Keira Knightley has been getting rave reviews for her performance in Anna Karenina. An article from The Telegraph today (September 7, 2012) reveals that that movie hit an enormous stumbling block before production had even begun, though; one which could have been critical to the film's success. JOE WRIGHT, the film's director explained that he had huge doubts about the future of the film last summer, when he was struggling to find a suitable location to film.

There have been 12 previous versions of Anna Karenina committed to celluloid and every suitable location that Wright scouted in St. Petersberg and Moscow turned out to already have been used. Looking for locations in the UK was equally fruitless: "in England, we were looking around stately homes thinking, 'Well, if we shot it from this angle it could look kind of Russian.' Then someone would say, 'We've had Keira Knightley here five times before.' And it just felt like I was treading the same ground, not only that other people had trod, but also that I'd trod myself. Eventually, he decided to set the film in a "19th century dilapidated theatre." From that turning point and with Tom Stoppard's sprawling script to guide him, "love became a guiding principle for the film."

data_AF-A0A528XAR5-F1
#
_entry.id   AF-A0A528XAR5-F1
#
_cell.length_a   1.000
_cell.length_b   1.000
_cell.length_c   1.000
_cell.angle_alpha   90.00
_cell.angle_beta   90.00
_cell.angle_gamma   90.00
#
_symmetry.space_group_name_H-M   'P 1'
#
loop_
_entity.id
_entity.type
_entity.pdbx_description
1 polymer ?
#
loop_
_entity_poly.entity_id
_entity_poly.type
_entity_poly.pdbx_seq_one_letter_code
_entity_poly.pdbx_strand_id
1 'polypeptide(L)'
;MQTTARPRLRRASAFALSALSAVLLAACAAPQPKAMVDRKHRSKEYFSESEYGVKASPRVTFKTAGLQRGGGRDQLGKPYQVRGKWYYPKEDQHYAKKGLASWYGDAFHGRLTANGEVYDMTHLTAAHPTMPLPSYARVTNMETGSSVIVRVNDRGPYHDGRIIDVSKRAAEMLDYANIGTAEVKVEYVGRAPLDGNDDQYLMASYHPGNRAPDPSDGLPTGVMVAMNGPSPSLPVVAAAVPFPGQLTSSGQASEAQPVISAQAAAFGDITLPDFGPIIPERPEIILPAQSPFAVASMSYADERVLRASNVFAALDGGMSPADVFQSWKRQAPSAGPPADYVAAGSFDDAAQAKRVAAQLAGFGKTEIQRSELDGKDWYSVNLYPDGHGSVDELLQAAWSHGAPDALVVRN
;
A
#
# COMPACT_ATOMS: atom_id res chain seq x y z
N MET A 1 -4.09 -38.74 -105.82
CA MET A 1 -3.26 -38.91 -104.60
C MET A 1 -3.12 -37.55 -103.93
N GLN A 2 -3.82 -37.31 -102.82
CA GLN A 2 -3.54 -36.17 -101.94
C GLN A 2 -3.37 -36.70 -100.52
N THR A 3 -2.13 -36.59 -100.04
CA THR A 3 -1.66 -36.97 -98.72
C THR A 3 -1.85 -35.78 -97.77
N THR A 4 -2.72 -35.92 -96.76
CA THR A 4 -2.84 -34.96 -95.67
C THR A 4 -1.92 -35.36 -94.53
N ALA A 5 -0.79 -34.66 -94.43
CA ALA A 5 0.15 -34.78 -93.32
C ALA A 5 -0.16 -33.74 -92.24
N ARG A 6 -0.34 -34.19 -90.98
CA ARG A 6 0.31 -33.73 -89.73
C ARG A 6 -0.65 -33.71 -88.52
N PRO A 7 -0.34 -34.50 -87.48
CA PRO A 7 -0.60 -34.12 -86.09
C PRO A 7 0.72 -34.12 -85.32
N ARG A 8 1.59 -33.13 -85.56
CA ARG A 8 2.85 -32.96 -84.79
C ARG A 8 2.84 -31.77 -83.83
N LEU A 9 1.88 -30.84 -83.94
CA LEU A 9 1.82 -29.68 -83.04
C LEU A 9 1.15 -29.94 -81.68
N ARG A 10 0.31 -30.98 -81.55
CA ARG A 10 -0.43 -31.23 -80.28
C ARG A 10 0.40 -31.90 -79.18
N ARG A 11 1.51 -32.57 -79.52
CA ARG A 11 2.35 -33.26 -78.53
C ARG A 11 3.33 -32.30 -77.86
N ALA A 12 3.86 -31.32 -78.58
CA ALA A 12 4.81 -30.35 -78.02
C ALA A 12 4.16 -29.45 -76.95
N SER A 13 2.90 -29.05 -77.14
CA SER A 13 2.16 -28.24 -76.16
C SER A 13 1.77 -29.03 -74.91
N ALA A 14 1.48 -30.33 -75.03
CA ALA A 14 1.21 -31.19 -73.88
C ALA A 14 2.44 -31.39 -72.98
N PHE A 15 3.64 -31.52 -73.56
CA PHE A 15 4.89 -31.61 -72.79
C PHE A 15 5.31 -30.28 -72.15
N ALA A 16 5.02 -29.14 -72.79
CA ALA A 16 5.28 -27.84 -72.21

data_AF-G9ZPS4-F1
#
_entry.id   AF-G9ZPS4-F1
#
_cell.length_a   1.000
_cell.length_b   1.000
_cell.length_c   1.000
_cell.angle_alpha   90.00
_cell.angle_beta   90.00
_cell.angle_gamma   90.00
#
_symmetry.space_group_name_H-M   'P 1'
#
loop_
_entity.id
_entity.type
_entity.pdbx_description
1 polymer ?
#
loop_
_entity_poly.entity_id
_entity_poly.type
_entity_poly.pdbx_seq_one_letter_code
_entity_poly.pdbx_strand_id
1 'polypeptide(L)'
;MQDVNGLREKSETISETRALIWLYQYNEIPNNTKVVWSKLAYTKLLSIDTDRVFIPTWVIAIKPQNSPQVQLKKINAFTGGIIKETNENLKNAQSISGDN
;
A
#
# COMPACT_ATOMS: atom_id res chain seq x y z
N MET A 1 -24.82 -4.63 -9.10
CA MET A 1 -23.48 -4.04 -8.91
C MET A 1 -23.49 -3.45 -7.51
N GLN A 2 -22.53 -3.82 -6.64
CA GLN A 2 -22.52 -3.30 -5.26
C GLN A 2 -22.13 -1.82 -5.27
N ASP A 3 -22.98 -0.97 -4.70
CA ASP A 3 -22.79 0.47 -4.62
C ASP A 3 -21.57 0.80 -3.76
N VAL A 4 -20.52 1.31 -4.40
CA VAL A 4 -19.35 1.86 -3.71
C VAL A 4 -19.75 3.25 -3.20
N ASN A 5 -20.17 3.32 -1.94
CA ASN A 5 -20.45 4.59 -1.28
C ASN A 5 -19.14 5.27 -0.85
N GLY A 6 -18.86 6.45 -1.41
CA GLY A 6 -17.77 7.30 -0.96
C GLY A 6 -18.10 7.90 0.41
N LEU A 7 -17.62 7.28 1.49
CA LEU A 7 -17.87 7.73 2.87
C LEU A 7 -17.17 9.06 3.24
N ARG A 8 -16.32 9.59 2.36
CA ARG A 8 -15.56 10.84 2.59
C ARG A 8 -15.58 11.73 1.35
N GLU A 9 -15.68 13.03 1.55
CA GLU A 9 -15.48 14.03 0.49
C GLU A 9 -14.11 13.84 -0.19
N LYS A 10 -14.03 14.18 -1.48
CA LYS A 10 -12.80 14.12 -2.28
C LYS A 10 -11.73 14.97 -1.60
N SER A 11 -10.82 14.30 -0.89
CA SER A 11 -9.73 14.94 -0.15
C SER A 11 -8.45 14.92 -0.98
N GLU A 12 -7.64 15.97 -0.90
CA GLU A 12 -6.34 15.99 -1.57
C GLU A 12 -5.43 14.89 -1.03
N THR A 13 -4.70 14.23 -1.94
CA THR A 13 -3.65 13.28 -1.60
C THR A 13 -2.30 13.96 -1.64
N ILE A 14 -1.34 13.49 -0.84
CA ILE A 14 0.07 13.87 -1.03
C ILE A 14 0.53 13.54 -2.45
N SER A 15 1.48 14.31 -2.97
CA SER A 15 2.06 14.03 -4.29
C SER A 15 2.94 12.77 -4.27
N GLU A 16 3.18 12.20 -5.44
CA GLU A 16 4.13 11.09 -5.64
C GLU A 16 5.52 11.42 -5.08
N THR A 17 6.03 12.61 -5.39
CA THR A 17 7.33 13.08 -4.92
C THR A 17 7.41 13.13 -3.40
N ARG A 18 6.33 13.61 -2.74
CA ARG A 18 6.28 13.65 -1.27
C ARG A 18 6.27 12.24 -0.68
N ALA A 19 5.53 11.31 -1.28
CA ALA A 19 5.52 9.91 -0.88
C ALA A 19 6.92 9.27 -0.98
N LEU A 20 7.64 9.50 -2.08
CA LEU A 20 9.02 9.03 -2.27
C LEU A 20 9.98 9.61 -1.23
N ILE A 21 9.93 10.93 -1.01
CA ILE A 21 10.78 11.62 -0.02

In the main, the gamble appears to have paid off, though most critics seem more enamored by Knightley's performance than with the film as a whole. Time Out's review remarks that she looks "more like an honest-to-goodness movie star" than she has in the past, though the general sentiment is that the rest of the movie fails to back up her stellar performance, leaving many critics unsatisfied.